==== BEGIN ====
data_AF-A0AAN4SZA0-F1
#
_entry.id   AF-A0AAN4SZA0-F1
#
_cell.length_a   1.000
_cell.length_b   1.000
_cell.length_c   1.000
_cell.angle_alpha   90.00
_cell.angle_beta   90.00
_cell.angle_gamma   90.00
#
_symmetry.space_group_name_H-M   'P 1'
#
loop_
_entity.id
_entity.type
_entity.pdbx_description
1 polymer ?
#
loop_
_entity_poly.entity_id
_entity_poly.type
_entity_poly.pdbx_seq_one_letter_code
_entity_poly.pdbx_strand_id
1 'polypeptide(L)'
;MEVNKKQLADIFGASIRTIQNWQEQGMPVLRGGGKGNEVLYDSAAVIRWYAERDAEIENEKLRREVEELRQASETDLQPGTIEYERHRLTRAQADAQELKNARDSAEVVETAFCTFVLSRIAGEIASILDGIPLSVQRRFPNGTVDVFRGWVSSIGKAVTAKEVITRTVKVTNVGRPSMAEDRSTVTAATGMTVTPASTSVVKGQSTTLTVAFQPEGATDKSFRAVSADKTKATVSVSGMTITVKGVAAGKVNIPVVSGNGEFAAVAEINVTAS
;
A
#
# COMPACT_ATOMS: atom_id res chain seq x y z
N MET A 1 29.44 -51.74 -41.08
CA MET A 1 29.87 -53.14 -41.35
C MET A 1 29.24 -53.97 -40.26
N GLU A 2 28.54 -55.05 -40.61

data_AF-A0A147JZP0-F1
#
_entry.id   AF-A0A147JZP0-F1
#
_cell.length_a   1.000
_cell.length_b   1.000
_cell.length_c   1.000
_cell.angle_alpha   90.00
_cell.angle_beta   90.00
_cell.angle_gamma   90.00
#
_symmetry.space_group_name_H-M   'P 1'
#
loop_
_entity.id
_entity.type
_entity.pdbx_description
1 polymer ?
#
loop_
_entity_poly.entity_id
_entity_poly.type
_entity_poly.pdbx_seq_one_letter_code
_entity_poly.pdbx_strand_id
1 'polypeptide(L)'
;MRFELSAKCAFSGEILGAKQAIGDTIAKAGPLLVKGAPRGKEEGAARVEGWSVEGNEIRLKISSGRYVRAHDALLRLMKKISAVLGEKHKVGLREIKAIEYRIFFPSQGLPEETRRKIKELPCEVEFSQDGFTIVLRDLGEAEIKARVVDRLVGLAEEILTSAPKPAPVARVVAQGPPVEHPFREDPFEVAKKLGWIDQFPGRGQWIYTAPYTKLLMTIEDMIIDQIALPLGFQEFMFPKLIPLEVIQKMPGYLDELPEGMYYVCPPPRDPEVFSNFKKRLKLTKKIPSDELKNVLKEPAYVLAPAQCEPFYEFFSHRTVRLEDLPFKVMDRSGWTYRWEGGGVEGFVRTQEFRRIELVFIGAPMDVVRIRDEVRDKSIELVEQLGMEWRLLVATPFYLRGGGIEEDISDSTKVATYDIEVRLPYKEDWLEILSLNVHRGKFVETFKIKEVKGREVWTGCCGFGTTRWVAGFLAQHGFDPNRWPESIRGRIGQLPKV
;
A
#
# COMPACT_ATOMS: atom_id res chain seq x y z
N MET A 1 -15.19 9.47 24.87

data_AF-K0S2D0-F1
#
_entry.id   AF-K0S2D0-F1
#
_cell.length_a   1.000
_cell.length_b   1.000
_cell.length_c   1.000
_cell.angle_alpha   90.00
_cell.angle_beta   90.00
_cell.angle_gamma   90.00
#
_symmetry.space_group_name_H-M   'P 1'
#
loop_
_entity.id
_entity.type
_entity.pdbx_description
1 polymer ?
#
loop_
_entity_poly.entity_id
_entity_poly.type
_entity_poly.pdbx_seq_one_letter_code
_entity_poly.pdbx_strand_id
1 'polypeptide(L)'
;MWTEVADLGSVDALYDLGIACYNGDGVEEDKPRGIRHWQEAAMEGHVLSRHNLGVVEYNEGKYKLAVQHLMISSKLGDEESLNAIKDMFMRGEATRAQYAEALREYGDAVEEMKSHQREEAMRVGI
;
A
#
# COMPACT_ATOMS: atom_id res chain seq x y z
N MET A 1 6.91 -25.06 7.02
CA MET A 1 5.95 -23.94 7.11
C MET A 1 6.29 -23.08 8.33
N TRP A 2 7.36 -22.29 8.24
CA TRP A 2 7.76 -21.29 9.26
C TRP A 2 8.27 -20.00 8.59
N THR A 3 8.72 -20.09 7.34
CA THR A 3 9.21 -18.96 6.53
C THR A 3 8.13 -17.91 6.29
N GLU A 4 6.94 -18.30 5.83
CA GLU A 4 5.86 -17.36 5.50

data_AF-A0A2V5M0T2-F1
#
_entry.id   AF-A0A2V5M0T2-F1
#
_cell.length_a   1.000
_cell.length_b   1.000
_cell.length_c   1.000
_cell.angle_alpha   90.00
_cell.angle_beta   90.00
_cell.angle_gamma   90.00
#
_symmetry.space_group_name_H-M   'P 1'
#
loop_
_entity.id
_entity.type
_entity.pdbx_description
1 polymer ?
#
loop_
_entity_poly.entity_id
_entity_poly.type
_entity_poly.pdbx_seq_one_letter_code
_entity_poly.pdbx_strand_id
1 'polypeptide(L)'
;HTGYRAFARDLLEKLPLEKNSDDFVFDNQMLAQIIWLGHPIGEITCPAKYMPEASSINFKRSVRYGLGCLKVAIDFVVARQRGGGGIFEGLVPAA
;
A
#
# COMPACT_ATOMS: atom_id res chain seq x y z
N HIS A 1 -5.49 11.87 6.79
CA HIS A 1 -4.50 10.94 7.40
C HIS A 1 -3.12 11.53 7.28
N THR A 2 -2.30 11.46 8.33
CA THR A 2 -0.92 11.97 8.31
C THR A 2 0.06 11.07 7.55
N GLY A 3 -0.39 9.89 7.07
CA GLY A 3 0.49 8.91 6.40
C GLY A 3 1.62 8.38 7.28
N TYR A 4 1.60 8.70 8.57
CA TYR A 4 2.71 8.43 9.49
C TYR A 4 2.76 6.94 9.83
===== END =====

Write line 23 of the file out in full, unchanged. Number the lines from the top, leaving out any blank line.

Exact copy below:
_entity_poly.pdbx_seq_one_letter_code